MOTHERWELL, WITH CAVILS
I’ve long been an admirer-with-reservations about the work of Robert Motherwell (1915-91), presently the subject of a small show at the DeYoung Museum in San Francisco.
My admiration is based on his fairly early work–pieces such as “At Five In the Afternoon” from 1950,
or “Elegy to the Spanish Republic #57” from 1957-61. There is a primness about them–they haven’t the sense of explosive exploration that I get from Franz Kline, for example–but they are richly worked-out paintings, with each shape, each edge, each bit of surface, live and full of tension. It’s grand stuff, only imperfectly represented by these snapshots from the show. Sorry.
Wonderful as the paintings themselves are, I’ve always grumbled at the titles. “At Five in the Afternoon” refers to a poem by Frederico Garcia Lorca about the death of a famous bullfighter. Motherwell’s ovals, we are told, represent the testicles of dead bulls. This information has never cranked up the emotional temperature for me. If a painting is intended to evoke a theme of some sort, it ought to be apparent without reading the wall label. That doesn’t apply here. I would never have said Ah! Bull testicles! Tragic fate!
The Elegies to the Spanish Republic similarly fail to convince as historical reference. The context is broader, but it seems that we’re still looking at bull testicles. This doesn’t, for me, establish an elegiac mood. It seems merely a grab at something BIG so as to make the work seem somehow grander than it is. (In the entry of 6/14/15 I dinged Barnett Newman for naming a series of his rich but thematically opaque abstracts “Stations of the Cross.” I mean, c’mon.)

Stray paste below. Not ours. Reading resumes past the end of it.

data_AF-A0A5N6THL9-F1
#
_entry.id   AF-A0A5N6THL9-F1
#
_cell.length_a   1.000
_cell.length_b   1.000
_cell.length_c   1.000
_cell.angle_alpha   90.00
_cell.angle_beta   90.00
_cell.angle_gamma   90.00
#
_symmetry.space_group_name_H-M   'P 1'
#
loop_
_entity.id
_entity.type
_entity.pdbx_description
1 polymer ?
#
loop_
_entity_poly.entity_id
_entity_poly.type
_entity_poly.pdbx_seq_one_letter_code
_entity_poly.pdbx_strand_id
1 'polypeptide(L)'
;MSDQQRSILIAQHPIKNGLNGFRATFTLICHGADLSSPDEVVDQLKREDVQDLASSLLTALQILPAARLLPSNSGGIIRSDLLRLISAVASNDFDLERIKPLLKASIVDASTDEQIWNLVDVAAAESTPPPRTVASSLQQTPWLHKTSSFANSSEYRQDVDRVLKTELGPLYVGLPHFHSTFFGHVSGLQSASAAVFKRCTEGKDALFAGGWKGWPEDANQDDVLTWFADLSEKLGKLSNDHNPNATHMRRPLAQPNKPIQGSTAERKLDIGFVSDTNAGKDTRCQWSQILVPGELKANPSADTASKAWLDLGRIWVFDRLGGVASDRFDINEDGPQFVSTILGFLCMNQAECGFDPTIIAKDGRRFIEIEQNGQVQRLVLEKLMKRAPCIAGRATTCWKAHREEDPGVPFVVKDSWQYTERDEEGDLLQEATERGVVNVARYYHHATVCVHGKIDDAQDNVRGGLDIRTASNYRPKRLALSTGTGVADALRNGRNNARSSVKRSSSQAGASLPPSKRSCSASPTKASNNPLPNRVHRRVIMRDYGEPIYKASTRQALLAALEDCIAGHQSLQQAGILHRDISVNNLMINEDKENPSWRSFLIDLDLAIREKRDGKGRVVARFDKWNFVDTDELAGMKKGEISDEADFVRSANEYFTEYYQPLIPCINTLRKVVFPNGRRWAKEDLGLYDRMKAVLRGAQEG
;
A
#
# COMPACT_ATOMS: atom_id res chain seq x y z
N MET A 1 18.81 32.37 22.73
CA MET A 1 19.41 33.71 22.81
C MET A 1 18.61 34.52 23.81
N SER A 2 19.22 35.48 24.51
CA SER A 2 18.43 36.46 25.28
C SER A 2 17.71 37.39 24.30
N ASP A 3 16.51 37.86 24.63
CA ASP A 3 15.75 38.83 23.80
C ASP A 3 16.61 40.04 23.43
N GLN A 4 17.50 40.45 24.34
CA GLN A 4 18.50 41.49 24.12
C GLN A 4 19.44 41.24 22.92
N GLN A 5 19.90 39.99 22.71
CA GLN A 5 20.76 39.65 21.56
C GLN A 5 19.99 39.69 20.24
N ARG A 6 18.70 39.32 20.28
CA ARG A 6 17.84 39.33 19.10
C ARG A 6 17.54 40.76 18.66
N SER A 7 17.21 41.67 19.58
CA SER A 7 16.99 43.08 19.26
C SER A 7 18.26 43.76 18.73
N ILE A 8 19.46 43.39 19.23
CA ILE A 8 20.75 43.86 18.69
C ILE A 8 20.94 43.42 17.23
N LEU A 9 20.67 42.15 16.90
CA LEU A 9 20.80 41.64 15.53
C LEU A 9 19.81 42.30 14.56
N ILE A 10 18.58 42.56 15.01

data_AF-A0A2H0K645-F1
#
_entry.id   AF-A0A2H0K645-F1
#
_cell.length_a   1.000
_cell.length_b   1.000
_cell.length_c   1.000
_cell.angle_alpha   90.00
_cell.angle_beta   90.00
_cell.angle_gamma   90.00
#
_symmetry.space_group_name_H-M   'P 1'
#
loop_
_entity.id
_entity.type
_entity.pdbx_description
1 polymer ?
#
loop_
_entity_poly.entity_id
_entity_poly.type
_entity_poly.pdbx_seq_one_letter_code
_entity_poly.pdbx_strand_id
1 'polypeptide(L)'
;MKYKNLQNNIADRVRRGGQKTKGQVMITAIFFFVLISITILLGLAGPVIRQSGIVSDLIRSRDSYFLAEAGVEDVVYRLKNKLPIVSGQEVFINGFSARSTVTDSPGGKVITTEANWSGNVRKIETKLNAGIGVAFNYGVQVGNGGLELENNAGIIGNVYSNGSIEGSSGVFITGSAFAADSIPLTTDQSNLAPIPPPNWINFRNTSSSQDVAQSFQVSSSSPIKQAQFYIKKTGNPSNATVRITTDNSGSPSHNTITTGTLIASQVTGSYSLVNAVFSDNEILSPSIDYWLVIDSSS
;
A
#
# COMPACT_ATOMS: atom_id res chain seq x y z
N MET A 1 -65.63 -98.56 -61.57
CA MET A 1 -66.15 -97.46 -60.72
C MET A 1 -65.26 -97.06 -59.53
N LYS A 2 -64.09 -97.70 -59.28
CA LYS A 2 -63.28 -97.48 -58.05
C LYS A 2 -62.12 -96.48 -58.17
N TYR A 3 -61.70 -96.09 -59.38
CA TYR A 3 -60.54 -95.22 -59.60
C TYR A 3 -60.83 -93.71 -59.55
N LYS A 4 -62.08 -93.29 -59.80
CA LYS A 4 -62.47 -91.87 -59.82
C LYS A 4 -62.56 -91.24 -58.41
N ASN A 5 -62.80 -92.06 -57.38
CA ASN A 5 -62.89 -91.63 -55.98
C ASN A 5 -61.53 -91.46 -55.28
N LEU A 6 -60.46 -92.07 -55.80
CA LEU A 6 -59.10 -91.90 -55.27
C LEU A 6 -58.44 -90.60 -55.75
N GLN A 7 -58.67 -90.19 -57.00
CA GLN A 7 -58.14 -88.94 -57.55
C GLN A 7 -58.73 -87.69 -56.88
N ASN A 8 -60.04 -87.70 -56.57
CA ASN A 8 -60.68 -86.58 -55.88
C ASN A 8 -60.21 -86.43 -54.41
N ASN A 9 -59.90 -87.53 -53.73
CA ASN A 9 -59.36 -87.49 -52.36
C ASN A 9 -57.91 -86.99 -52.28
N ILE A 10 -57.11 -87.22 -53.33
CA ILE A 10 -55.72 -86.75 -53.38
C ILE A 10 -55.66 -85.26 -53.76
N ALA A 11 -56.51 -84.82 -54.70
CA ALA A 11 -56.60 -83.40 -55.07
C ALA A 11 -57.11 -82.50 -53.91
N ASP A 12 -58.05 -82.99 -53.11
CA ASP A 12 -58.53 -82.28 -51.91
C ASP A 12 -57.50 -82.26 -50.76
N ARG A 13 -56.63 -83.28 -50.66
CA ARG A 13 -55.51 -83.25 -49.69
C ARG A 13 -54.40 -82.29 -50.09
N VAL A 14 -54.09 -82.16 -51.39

And so many similar pieces, decade after decade! You can see the strain as Motherwell struggled to vary his signature composition of bars and ovals. Some, as here–“Untitled (Elegy)”–1970-75, are merely sketches, toying with the theme of testicles or whatever; others, as below–“Elegy to the Spanish Republic (with Lemon-Yellow Panel)”– 1971, exude sweat in a search for some variety. The last Elegy in the DeYoung show is dated 1990.
In spite of all this, of course, a fair question is whether even a less-than-first rank Motherwell is nevertheless more interesting than first-rank works by other, lesser artists. One of those questions that viewers must answer for themselves.